1. twiztidsinz

    OP twiztidsinz Taiju Yamada Fan
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    [​IMG]
    On March 28, 2011, NASA’s Swift satellite caught a flash of high-energy X-rays pouring in from deep space. Swift is designed to do this, and since its launch in 2004 has seen hundreds of such things, usually caused by stars exploding at the ends of their lives.

    But this time was hardly "usual". It didn’t see a star exploding as a supernova, it saw a star literally getting torn apart as it fell too close to a black hole!

    The event was labeled GRB 110328A –a gamma-ray burst seen in 2011, third month (March) on the 28th day (in other words, last week). Normal gamma-ray bursts are when supermassive stars collapse (or ultra-dense neutron stars merge) to form a black hole. This releases a titanic amount of energy, which can be seen clear across the Universe.

    And those last two characteristics are certainly true of GRB 110328A; it’s nearly four billion light years away*, and the ferocity of its final moments is not to be underestimated: it peaked at a solid one trillion times the Sun’s brightness! [/p]
    I apologize for the semi-misleading title, there was not enough room for the full title and it was cut off.
    Lots more information and details in the full article below. It is a very interesting read.

    [​IMG] Source
     
  2. FAST6191

    FAST6191 Techromancer
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    Awesome, some good space stuff happening and set to be seen in the next few years it seems.
     
  3. Gameking-4

    Gameking-4 Demon of the mist
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    and we're next.....
     
  4. Nujui

    Nujui I need something to do.
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    Probably not in our lifetime.
     
  5. awssk8er

    awssk8er GBAtemp Advanced Maniac
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    So if GRB110328A was four billion light years away, that means this technically happened four billion years ago, but wasn't visible to us now?
     
  6. Nujui

    Nujui I need something to do.
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    Light years means how many years it takes for us to even see it. If it happen 4 billion years ago, we won't be able to see it for 4 billion years. It must have been 4 billion light years today, so it was able to be seen.

    Edit:Typo.
     
  7. phoenix1234

    phoenix1234 Advanced Member
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    * Or, to be pedantic, it took nearly four billion years for the light from the explosion to get here. i doubt our galaxy was even formed then [​IMG]
     
  8. awssk8er

    awssk8er GBAtemp Advanced Maniac
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    Ok, that's what I thought, but it seemed pretty hard to believe that the sattelite can see that far away. [​IMG]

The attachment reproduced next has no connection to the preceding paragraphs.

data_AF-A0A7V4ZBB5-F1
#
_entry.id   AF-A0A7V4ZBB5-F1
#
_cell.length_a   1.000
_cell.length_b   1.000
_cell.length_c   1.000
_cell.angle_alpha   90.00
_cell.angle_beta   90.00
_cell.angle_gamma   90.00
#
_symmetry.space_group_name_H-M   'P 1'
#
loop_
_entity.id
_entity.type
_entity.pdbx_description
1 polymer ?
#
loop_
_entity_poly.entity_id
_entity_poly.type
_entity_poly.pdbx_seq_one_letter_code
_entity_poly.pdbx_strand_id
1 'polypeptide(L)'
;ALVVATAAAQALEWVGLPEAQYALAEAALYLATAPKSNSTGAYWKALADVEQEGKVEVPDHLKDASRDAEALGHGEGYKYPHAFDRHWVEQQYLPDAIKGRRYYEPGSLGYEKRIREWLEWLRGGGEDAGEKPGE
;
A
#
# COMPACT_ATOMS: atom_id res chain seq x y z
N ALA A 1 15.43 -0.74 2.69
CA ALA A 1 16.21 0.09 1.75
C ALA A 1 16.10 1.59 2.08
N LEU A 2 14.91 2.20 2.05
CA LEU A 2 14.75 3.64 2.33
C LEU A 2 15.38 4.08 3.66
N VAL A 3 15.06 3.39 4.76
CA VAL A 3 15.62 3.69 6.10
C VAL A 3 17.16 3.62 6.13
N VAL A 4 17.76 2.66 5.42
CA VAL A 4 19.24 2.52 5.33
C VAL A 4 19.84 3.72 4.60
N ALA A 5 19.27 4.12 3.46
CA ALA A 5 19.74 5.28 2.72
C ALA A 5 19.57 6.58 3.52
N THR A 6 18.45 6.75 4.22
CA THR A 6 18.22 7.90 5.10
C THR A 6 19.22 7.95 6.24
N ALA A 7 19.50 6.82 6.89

9. gamerjr

    gamerjr GBAtemp Regular
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    We estimate that the universe is at least 15 billion years old

    edit:
    oh wait our galaxy, but still im not even into the field and im sure the milky way was formed
     
  10. s4mid4re

    s4mid4re  
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    Actually, Earth formed 4.5 billion years ago so it happened on Earth's 500 millionth Anniversary [​IMG]
    So the Milky Way should've formed way before that.

    And yeah, light year is how many years it takes the light to reach us (or wherever you are referring to)

    EDIT: one light year is equal to: about 5,878,625,373,183.608 miles (about 6 trillion miles) source
     
  11. phoenix1234

    phoenix1234 Advanced Member
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    so thats 6 Trillion X 4 Billion = ??? Miles [​IMG]
     
  12. I'm pretty sure we'd all end up going crazy if we tried to imagine what it was like before the universe existed.
     
  13. BobTheJoeBob

    BobTheJoeBob The most optimistic person on the temp. :)
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    Wait wait wait, so did this or did this not happen 4 billion years ago?
     
  14. Defiance

    Defiance oh my god.. it's full of trading cards...
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    You are correct.
     
  15. BobTheJoeBob

    BobTheJoeBob The most optimistic person on the temp. :)
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    [​IMG]

    I need an answer!
     
  16. Defiance

    Defiance oh my god.. it's full of trading cards...
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    Yeah, I just wanted to mess you you. If it's 4 billion light years away and we're now just seeing it, then it happened 4 billion years ago.
     
  17. Fishaman P

    Fishaman P Speedrunner
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    Yes, this happened 4 billion years ago.
     
  18. Raiser

    Raiser I am mad scientist.
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    It astonishes me at how we can see that far and make assumptions on how old the universe is when we can't even get very far from our own planet.
     
  19. Jamstruth

    Jamstruth Secondary Feline Anthropomorph
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    For those trying to get their head around the distance I must consult the HitchHiker's Guide to the Galaxy.
    Basically. If you can comprehend them then you are a better man than I. I can barely comprehened the size of the Earth.

    As for this event. Awesome, even if it is old news (4 billion years old). Black Holes are so damned powerful. Love the halo of light around it as the light curves due to its gravity (I think anyway)
     
  20. Dr Eggman

    Dr Eggman I am THE Eggman.
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    Nevermind. Not a physicist. XD
     
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